Bilal

  6. says

    I think the “call to action” and “social proof” numbers are interesting. But the timing issue should be obvious once you think about it. If you have primarily a North American audience, that’s when people are online.

    As for the link issue, I’d be interested to see what proportion of all tweets have links, and does presence of a link make it more or less likely to re re-tweeted? Based on my entirely unscientific scan of tweets I remember seeing, I wouldn’t be surprised if roughly 70% of them had links.

  7. says

    Excellent data. I currently struggle with the best way to use Twitter, but your point that “Publishers can complain and wistfully wish for the good old days of blog links and Google juice, or they can adapt to the new reality Twitter represents,” really made me stop and concur.

  8. says

    Killer advice. Thanks much. Have you discovered what the ‘do nots’ are for Tweeting as well? Does it do more harm if you’re asking people to retweet a blog post, or a piece of content that you’ve authored in an effort to get more people to check it out?

    What are the social rules for marketing your own content?

    @ryancmiller

  9. says

    As a relatively new blogger, I’ve been looking into which social media drives the most traffic, and it is apparent that Twitter is fast becoming (if not already) the dominant tool for this.

    Dan I installed TweetSuite on my blog and I’m loving it, thanks!

  10. says

    This was very helpful.

    This web 2.0 thing has so many facets. It has been my policy to pick one thing and learn it well. Then move on to the next thing and learn it well. Then I am ready for the changes that can occur so fast, and I can easily implement them.

    I have picked twitter as part of my social media marketing. Right now I am learning everything I can about it.

    Like I said, This was very helpful. Came at the perfect time.

    Thank you for the research.
    Sheila

  11. says

    Great blog! Twitter could be easily mistaken for a simple chat box when it’s dynamic social influence can be so powerful if applied correctly.

    Thanks!

    Ryan

  12. says

    Perry thanks for posting such an interesting study. I am going to Retweet it all over the place! You help to make Twitter a less confusing tool to so many new to new social media. Thanks!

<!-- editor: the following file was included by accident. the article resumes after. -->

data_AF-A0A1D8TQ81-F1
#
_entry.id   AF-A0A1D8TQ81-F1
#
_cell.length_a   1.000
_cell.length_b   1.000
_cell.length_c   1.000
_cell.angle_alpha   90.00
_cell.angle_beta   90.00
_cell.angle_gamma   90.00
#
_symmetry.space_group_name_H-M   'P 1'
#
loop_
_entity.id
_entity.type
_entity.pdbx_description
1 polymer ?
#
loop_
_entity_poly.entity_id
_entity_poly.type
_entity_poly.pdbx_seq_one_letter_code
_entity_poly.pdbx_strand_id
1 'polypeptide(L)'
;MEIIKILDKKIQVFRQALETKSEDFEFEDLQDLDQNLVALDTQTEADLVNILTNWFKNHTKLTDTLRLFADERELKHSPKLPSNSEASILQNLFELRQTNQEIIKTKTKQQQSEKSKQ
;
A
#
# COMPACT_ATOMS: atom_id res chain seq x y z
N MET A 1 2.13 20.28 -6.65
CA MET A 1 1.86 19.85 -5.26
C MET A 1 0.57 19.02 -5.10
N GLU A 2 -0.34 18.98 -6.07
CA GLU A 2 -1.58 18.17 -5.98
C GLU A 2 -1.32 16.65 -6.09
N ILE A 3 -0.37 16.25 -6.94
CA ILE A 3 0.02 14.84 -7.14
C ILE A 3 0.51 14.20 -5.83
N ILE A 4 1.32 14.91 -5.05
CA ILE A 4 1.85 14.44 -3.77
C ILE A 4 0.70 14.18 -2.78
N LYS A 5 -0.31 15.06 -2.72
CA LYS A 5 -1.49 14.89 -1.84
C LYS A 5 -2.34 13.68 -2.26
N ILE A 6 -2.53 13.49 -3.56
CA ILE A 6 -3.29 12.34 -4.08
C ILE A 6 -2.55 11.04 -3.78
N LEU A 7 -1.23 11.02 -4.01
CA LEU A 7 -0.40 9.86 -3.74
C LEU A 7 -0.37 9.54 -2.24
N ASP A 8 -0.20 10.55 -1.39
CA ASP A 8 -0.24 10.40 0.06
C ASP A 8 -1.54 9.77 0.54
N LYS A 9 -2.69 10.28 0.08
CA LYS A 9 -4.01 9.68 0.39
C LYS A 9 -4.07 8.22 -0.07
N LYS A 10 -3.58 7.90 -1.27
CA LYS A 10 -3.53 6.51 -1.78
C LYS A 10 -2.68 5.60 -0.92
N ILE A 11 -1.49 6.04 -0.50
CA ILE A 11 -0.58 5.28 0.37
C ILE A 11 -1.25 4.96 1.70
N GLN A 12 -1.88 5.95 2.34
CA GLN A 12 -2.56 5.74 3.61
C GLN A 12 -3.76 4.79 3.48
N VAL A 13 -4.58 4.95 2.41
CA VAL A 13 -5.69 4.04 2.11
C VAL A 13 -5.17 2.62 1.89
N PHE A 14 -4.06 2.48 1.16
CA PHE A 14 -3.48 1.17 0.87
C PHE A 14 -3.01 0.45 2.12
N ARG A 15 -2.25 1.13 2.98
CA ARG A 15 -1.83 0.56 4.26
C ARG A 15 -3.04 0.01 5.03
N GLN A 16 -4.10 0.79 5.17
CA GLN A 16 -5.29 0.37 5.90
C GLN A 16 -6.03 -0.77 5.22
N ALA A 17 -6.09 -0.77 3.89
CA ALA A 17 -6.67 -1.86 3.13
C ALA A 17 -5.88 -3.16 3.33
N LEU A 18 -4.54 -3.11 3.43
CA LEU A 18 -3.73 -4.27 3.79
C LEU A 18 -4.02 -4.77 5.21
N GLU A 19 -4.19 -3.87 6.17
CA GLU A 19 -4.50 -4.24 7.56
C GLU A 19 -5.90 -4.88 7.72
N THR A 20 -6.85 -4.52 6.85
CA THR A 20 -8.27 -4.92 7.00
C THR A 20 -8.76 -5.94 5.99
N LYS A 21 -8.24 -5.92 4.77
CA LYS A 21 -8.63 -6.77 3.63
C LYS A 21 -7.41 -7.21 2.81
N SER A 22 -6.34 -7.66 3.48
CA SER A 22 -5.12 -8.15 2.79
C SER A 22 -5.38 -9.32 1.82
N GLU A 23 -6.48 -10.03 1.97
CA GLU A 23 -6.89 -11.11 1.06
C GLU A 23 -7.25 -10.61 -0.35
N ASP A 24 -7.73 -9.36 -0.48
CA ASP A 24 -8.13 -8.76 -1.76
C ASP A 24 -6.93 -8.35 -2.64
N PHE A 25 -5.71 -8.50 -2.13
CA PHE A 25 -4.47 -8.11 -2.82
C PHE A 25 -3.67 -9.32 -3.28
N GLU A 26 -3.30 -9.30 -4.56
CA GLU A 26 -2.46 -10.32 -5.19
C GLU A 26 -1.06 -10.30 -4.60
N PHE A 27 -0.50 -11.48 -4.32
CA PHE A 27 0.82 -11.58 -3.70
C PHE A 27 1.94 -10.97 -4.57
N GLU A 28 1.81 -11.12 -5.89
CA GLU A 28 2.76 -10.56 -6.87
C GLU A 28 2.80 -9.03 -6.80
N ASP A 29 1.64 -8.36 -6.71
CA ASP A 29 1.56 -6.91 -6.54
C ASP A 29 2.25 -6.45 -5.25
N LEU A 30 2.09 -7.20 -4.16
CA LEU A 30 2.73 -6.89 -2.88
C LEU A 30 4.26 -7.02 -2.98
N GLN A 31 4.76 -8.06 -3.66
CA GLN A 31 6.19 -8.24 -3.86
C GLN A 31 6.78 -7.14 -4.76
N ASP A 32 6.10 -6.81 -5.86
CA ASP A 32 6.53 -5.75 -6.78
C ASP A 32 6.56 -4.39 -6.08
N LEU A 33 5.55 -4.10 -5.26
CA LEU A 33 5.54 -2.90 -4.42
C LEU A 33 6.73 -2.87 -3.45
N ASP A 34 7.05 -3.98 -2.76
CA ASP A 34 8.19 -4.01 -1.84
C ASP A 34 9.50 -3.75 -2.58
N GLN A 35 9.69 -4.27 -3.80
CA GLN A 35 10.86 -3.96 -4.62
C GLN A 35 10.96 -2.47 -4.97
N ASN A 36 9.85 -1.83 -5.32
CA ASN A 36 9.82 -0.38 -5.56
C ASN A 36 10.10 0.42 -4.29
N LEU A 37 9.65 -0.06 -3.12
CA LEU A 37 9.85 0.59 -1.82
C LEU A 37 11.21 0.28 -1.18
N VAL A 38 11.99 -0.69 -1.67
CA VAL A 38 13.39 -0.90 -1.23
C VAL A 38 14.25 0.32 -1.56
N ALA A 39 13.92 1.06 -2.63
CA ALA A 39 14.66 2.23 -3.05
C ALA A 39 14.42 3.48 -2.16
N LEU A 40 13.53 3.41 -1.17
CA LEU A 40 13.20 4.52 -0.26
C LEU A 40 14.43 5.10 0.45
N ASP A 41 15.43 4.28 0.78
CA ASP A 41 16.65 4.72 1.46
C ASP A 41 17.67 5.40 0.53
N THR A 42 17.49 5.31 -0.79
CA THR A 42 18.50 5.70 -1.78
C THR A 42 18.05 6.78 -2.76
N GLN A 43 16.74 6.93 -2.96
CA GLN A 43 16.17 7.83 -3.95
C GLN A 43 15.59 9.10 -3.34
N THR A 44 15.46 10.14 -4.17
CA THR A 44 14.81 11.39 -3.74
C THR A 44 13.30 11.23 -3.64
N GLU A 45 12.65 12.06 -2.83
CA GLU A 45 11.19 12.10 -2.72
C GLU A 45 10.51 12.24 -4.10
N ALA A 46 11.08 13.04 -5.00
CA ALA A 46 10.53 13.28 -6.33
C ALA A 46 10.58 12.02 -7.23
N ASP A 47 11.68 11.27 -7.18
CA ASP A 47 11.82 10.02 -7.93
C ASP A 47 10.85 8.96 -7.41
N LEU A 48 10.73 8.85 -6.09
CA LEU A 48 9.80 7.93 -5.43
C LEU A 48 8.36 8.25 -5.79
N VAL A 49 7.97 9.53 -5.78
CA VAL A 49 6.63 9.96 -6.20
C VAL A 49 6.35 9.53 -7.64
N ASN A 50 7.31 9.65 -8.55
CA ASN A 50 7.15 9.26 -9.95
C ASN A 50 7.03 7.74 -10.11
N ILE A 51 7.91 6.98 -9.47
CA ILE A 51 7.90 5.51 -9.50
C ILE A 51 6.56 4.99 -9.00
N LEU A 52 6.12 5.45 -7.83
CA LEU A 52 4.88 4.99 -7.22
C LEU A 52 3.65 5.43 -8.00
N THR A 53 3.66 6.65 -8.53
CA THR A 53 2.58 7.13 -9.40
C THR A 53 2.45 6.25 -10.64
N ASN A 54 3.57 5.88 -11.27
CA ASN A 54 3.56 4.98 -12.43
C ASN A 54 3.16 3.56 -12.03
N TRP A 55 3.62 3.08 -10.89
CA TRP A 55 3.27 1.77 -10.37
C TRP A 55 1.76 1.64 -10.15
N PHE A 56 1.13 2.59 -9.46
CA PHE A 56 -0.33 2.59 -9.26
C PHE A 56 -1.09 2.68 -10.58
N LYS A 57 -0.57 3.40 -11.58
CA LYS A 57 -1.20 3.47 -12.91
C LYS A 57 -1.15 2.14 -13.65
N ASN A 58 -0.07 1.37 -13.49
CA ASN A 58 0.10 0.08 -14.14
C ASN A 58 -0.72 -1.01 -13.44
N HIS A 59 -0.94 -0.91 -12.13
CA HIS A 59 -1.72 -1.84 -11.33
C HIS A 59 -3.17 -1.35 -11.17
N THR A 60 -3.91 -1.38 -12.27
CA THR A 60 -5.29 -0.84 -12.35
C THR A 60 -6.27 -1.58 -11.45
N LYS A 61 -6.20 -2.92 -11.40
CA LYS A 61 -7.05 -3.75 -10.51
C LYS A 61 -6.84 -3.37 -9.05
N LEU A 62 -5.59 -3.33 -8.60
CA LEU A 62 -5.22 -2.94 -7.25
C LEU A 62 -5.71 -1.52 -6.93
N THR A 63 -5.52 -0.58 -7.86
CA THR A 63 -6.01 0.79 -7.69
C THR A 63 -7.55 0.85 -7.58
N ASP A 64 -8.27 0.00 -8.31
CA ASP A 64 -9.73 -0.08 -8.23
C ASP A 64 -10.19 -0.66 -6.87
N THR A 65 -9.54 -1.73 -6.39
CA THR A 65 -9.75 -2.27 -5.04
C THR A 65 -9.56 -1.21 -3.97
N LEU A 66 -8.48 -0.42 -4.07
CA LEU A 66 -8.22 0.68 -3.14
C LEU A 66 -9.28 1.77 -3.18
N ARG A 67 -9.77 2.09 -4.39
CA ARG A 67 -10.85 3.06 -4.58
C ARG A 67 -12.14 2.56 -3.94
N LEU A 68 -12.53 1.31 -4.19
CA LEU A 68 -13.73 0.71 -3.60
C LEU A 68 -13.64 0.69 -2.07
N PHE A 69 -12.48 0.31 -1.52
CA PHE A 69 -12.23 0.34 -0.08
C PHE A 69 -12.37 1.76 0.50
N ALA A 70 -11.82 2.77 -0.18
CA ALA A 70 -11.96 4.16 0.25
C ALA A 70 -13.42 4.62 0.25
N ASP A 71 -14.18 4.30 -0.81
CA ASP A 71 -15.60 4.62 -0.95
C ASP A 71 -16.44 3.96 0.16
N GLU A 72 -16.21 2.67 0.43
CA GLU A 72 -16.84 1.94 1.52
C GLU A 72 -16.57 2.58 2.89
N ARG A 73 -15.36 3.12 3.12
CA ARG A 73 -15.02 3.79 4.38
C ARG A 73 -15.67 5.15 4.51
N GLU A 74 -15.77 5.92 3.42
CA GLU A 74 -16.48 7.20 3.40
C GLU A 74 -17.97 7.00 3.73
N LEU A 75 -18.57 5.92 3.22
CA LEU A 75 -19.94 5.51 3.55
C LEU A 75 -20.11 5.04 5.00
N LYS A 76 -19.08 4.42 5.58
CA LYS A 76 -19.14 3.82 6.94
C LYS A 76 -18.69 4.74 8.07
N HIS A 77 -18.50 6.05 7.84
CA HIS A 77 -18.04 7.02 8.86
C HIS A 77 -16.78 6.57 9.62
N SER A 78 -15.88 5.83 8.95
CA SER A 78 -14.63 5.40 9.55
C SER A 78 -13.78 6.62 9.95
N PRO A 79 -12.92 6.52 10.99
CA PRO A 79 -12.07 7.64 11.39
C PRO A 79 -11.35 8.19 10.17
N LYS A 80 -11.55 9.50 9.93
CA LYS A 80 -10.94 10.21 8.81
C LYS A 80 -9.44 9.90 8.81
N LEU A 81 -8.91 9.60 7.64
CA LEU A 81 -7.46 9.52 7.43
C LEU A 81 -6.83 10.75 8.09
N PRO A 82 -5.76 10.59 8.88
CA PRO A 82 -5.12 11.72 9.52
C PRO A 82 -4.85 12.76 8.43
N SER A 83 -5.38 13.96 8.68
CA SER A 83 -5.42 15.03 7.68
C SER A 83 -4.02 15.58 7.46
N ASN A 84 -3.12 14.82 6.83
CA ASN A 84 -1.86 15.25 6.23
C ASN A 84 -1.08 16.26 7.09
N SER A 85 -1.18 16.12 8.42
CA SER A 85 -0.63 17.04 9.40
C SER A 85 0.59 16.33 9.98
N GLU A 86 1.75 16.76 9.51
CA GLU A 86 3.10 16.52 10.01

13. says

    This definitely works, I am a newbie blogger but was amazed at how many hits my little baby got with just one please retweet for a blog article I wrote on what else.. Twitter! :) Thanks for the stats. I’ll go retweet it!

  14. says

    It looks like all the images in your post are all copies of the first graph in my Google reader. Popped over to let you know in case something was misconfigured or something.

    Great post, though. And who would have thought that asking nicely with a “please” is the ticket to success? I wonder what else my grandmother was right about. 😀

  15. says

    I do not know for sure, but I would think that late breaking news of the catastrophic (or at least explosive in content) nature may also get retweeted. I tend to believe that if you are not well known out there, people may not attribute your tweets and rather tweet as new news.

    Frank Dobner

  16. Sanjay Kairam says

    It is really great to see people running stats on Twitter data, as it is such a rich source when talking about social communication on the web.

    However, make sure not to misinterpret this descriptive data about Retweets in general as describing what makes retweets more or less successful.

    A large portion of what this data describes is what people think is more successful when soliciting retweets, or what strategies they use when attempting to craft retweetable messages (though, yes, having an item successfully retweeted means that the message will be counted more than once in the data).

    For instance, if it were the case that 90% of people did not include a link when retweeting, that wouldn’t mean that that strategy was more successful, it would simply mean that the majority of people just hadn’t thought to include a link.

    Unfortunately, it is still not that easy to follow a chain of retweets through the Twittersphere, but a great study would be looking at the longest chains and seeing what common factors contributed to the virality of those tweets. If we were to see that RT’s with links had an avg. chain length of 4, while those without had an avg. chain length of 2 – that might inform us better about the effects of links on retweetability.

    Anyways, this was definitely cool to read and think about!

    Twitter

  17. says

    Dan, great info- and shows that social media CAN be a marketing tool- through twitter- if done right. Value is in the eyes of the beholder. But Value in social media is exactly what you said it is- something that can impact and move people forward in what they are doing or experiencing through usefulness, thus creating some form of results good or bad. Great post!

  18. says

    This is some great information, I’ve been using twitter for posting my musings etc, but to use it as a call to action is something I think I’ll pursue even further.

  19. says

    Twitter is a great tool that needs to be included in one’s arsenal and the RT is a tool that is great as well. I think the continued tracking RT’s and of twitter posts in general shows that doing messages at midnight is a complete waste of time and this shows the time frames that work and when people are on it (work more than likely).